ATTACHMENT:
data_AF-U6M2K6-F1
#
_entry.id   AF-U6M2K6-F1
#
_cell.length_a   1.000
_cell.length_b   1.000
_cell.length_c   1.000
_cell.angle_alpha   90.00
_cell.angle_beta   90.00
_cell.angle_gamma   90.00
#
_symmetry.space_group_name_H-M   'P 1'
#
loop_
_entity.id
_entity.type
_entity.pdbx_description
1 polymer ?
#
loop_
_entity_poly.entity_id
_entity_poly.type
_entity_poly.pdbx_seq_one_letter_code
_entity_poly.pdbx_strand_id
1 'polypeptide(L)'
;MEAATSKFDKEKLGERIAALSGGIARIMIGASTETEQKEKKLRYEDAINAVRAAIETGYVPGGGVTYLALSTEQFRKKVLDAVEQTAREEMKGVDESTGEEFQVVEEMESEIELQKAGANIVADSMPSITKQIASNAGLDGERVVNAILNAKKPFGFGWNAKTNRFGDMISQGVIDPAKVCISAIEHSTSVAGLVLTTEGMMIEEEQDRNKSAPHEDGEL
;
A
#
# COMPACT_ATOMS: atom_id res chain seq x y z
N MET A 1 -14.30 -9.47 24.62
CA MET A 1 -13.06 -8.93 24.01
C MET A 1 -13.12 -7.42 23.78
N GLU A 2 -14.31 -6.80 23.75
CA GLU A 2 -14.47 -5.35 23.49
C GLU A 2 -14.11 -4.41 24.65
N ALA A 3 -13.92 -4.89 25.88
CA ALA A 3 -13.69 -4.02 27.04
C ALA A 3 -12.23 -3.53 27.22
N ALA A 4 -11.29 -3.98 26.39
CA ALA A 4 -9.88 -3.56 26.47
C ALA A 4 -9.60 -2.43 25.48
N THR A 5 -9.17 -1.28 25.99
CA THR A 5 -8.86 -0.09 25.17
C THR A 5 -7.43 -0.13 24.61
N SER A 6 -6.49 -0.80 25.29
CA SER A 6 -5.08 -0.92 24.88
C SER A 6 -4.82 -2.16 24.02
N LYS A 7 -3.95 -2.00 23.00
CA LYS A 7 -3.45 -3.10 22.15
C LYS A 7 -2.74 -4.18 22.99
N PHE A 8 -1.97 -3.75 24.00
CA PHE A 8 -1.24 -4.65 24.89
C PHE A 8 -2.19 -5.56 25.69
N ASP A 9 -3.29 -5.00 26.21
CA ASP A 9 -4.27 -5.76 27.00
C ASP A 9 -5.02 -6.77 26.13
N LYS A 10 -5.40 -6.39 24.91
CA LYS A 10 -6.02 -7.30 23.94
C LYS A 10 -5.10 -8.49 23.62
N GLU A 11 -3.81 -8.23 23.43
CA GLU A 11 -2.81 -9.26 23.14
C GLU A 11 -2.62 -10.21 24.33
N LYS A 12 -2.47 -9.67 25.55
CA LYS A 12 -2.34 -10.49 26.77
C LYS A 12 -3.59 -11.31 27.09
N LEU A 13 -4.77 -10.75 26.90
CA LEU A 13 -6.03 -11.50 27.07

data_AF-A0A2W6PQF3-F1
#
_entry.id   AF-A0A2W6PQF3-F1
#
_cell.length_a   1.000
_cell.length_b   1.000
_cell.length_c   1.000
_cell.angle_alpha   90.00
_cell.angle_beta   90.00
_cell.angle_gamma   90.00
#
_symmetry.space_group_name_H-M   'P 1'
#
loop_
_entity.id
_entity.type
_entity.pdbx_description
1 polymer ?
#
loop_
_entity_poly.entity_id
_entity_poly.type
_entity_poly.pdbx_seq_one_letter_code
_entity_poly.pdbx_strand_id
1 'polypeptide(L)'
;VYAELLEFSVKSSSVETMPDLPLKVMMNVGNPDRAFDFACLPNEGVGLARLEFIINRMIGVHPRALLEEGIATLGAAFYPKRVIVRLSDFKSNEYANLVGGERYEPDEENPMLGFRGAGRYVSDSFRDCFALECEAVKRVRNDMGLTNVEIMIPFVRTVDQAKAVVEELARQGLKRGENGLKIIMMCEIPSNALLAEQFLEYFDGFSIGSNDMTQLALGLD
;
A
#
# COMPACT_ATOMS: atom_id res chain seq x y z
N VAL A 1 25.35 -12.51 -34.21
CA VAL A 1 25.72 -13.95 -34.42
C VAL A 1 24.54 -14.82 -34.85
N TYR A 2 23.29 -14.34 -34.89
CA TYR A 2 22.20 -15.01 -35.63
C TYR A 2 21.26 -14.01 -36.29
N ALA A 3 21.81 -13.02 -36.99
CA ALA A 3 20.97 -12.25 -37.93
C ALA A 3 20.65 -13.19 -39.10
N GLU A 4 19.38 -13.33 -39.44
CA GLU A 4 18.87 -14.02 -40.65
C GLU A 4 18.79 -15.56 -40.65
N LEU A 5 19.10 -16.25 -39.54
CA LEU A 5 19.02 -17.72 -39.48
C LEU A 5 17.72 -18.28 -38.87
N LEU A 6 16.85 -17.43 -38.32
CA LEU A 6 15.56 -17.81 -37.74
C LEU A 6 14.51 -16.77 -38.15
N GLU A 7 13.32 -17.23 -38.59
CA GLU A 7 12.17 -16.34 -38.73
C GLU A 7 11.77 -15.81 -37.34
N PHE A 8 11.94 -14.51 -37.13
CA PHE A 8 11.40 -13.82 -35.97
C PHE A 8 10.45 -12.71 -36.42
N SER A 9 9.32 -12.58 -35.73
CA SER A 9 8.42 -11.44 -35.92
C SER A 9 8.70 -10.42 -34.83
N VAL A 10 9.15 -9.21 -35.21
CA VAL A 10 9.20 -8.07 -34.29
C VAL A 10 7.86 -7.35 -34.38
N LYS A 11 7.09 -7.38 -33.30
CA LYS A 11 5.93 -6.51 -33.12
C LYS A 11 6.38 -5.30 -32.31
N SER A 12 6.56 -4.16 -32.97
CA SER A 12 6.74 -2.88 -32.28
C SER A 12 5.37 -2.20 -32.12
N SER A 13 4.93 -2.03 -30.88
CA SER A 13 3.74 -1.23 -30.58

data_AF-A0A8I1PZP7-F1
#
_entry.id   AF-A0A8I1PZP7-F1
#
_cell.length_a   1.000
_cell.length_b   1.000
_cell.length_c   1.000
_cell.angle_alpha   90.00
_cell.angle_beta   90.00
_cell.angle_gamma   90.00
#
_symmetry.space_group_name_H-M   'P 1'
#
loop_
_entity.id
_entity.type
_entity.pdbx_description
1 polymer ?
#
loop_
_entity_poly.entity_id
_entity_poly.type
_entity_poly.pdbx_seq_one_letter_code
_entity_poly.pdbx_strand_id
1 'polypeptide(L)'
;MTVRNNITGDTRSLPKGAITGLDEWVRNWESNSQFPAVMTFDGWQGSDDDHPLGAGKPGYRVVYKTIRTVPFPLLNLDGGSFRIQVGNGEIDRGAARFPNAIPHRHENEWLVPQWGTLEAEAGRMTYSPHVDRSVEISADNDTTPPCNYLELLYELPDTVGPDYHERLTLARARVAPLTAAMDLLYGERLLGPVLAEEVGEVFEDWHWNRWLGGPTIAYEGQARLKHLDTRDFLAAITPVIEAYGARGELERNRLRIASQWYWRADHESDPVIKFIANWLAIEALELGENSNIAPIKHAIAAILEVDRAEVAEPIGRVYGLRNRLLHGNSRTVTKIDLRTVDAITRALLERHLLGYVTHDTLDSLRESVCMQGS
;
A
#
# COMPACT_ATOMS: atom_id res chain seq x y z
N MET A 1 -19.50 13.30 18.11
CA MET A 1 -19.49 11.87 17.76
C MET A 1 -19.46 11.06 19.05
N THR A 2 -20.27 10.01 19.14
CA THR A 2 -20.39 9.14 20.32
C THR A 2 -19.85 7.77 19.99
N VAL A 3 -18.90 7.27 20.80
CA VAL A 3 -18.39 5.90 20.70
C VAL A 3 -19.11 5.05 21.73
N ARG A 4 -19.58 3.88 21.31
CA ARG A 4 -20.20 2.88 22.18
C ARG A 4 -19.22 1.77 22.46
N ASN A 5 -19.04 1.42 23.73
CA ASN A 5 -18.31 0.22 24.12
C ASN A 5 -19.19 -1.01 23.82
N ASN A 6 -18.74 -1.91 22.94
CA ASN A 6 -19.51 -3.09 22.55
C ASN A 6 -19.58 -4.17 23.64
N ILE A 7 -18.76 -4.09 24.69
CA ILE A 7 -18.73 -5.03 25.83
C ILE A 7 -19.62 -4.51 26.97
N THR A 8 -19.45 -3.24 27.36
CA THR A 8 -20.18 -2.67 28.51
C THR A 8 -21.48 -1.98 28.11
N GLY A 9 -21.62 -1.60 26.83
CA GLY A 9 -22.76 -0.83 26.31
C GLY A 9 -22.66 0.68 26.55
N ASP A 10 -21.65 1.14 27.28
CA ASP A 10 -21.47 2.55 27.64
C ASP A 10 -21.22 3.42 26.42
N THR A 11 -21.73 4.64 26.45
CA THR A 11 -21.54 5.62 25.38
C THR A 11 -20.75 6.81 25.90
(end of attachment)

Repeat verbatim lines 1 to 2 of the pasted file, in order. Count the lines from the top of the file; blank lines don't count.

data_AF-U6M2K6-F1
#